Just after Sarah Fuller calmly kicked her first extra point for Vanderbilt yesterday in a game against Tennessee, ESPN sent out the alert. “With her successful PAT, Sarah Fuller becomes the 1st woman to score in a Power 5 game.”
And that has been the refrain in the last three weeks, as Fuller’s story gained speed. There is so much respect for the work that Fuller put in under the brightest of complicated spotlights. The athlete stepped over from her varsity sport, soccer, to fill a need for the Commodores due to a COVID-decimated roster and has filled in admirably, culminating in two successful kicks Saturday. And honestly, given what she has said in the weeks following her appearance, she seems like a pretty cool person.
And yet, noting that Fuller is the first woman in a Power 5 game is like saying Baker Mayfield is the first Power 5 player from Oklahoma to win the Heisman. Sounds like quite a feat, except Oklahoma had Sam Bradford in 2008. The birth of the term Power 5 as a concept is only a year or two older, and generally when these records get noted, it’s in the context of FBS teams.
This isn’t shade, it’s context. Fuller doesn’t have to be the first to matter, to have her accomplishments be just as impressive, to have her path be just as difficult. But let’s not erase the other women in this tiny sorority.
Katie Hnida became the first woman to kick points in an FBS game in 2013 for New Mexico, and April Goss followed that up for Kent State in 2015. Both of those women were football players, part of their respective teams for years, before getting their opportunities. Fuller’s story is inspiring, and her approach to pressure is excellent, but it isn’t to be confused with systemic progress.
Which may be why it is easier for college football rights holders to hail Fuller’s accomplishment as “first woman” rather than looking at the complexity that is the history of women in kicking. There have been other women in the game as well, Willamette’s Liz Heaton, Jacksonville State’s Ashley Martin, West Alabama’s Tonya Butler, and Lebanon Valley’s Brittany Ryan.
“The first one through the wall is often bloodied,” is a quote that someone gave Hnida a long time ago, and she has put it on her wall to remind her that breaking barriers is painful. Hnida first played football in Colorado, where she said she was raped by a teammate. She went public four years later, but charges were never filed.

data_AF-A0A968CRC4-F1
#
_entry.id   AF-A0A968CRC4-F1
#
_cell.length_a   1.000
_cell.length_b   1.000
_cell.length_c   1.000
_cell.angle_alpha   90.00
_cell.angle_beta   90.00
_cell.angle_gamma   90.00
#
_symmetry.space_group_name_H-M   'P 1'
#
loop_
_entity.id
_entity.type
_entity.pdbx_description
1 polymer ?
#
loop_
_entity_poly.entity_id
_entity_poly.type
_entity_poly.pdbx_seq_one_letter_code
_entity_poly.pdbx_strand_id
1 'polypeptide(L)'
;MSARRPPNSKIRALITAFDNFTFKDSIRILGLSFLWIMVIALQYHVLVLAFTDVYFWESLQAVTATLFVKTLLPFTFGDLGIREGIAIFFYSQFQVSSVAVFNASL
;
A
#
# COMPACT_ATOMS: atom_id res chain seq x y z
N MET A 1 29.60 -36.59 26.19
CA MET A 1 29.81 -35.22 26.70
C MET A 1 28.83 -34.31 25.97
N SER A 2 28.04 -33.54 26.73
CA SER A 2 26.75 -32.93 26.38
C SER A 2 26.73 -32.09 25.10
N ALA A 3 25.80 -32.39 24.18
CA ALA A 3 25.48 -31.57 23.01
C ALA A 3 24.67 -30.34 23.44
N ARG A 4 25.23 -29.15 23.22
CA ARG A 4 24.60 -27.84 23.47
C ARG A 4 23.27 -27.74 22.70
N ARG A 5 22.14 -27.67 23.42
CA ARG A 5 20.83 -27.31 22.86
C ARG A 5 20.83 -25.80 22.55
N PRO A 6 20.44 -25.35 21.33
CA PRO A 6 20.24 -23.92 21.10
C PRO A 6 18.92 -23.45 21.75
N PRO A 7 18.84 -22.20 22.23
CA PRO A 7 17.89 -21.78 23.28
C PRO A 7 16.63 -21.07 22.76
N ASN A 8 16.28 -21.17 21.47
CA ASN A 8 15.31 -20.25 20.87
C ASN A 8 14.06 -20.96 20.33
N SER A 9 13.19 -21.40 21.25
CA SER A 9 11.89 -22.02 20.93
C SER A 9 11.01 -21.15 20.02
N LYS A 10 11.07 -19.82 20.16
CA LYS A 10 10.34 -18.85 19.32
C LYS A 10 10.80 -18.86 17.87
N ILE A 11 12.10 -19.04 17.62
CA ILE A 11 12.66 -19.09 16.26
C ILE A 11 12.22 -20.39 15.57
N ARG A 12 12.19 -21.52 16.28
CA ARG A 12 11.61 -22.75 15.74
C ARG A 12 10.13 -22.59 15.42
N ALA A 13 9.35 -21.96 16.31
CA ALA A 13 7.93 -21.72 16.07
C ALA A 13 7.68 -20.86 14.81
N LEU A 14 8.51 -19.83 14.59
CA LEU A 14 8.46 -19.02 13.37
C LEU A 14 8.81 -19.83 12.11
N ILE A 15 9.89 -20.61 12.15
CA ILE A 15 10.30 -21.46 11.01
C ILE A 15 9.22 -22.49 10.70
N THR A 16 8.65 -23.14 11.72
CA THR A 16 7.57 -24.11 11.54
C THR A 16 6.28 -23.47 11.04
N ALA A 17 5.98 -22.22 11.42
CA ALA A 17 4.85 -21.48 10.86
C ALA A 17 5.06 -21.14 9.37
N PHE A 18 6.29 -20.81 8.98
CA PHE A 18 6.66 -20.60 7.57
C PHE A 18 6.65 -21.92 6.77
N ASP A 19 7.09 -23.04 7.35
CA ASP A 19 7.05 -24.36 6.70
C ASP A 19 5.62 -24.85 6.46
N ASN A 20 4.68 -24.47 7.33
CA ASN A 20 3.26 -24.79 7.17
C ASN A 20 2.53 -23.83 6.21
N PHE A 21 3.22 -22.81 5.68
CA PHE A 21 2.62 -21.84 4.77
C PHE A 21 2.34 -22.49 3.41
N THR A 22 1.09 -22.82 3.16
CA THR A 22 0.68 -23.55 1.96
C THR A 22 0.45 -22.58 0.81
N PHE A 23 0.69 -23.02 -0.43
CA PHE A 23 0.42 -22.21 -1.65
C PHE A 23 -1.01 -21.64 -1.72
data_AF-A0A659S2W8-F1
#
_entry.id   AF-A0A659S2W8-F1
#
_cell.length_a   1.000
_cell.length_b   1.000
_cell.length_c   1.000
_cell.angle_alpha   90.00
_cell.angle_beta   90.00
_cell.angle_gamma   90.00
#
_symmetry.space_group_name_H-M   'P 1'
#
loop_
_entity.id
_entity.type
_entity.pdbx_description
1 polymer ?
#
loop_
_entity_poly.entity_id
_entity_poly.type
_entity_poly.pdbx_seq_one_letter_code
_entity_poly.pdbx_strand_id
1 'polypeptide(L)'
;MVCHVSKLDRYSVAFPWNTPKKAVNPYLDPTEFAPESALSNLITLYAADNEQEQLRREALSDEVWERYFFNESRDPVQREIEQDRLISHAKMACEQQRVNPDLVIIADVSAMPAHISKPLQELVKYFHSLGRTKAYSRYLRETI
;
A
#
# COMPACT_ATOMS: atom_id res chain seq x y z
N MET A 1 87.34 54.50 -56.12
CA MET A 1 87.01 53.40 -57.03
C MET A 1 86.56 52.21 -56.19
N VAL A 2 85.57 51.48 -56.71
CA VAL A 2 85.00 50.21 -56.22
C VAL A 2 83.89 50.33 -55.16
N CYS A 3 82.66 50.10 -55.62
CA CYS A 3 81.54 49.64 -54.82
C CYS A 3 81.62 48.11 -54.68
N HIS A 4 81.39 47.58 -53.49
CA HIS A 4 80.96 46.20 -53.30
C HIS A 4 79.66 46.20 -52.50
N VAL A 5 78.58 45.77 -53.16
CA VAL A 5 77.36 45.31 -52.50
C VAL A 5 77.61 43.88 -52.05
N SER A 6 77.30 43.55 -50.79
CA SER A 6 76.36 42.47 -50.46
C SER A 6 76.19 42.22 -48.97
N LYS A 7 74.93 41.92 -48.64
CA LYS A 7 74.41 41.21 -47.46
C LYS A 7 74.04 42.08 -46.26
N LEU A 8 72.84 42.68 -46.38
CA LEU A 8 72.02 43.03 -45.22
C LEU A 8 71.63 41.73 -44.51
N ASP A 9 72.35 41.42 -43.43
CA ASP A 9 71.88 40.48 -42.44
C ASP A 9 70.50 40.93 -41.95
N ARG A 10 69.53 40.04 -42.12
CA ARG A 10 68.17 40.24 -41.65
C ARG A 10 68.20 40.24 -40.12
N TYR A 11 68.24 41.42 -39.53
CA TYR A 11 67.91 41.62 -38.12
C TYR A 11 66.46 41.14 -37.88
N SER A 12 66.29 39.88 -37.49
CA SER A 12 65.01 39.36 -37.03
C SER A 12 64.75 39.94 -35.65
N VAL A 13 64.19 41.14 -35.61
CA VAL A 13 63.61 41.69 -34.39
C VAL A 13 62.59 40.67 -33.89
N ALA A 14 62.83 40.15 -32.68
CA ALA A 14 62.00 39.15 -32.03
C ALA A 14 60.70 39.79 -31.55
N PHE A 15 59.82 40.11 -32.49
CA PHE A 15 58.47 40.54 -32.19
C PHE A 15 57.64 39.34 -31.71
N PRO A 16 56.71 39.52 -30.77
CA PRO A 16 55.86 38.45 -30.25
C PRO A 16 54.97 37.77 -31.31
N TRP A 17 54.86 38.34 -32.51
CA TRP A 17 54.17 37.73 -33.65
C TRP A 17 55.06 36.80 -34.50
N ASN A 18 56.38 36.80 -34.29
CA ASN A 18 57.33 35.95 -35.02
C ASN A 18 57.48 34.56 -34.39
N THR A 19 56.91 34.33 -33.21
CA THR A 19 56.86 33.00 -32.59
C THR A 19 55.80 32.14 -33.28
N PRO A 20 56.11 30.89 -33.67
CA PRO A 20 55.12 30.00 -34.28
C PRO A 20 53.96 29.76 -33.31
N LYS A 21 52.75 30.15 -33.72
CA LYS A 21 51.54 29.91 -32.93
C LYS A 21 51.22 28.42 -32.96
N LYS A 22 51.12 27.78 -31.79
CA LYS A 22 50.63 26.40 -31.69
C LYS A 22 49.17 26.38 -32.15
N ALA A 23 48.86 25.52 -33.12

You can easily find her story. The way her coach, Gary Barnett, insulted her, the backlash on the Colorado campus, the abuse she endured from CU fans and rape apologists. Hnida also found the support of her new teammates in New Mexico, where she transferred and played. After experiencing the worst of what defying gender roles can bring, she found a team in every sense of the word, and the best of what sports has to offer.
Hnida’s story is likely part of the reason Fuller gets the “first woman” headline. Easier to ring-fence the ridiculously short Power 5 era than tell Hnida’s story again. You can’t have the light-hearted celebration when you are forced to remember how sports can treat those women who dare to break the barriers.
And of course Fuller is only three weeks into her career and already gets a piece of that. There are some who complain that women in sports are notable at all, and wonder what Fuller is doing on the team to begin with.
No sooner had she kicked that devoted misogynist Clay Travis tweeted: “So Vandy has a field goal kicker who just made a 39 yard field goal, but Sarah Fuller is kicking their extra points and you’re telling me this isn’t a stunt? Come on.”
Even Fuller’s teammates have said this isn’t a stunt, come on. The team was struggling, the coronavirus impacted it, and then-coach Derek Mason explained it like this before he was axed:
“I’m not about making statements,” Mason said. “This was out of necessity. You look at our week. Our students had gone home. The ability to have access to students and tryouts was almost nil in terms of like what’s available. … That just happened to be the most viable option.”
To be clear, no one gets this into the weeds about a mediocre college team’s kicking depth chart until one of them is a woman. Then you’ve got a bunch of incels on testosterone supplements talking about insoles and ball placement like they were Scott fucking Norwood’s backup.
Of course, a woman can never just play in a football game.
This story exposes all the awfulness in the conversation around sports. The idea that it is either a celebration or condemnation of Fuller depending on how you come down on the idea of women playing a man’s game, as though games were exclusive to one gender.
Fuller would be an interesting footnote in the Vanderbilt season if it weren’t for gender. What makes this a story is that women are systematically excluded from men’s sports, so that when one of them works her way up to the starting roster, or takes an opportunity in the oddest of pandemic seasons, it’s a bit of a surprise. The gatekeepers let this one through!
And that’s why Hnida has been so elusive in the context around Fuller’s accomplishment. Hnida is a reminder that these stories aren’t just confetti and you-go-girl. Where are the women who are on football teams and working their way up the roster? There is no reason there shouldn’t be more.
After Fuller made the Vanderbilt team, Hnida received seven bouquets from her New Mexico teammates. She checked the cards.
They remembered Hnida broke through the wall, and she bears the scars.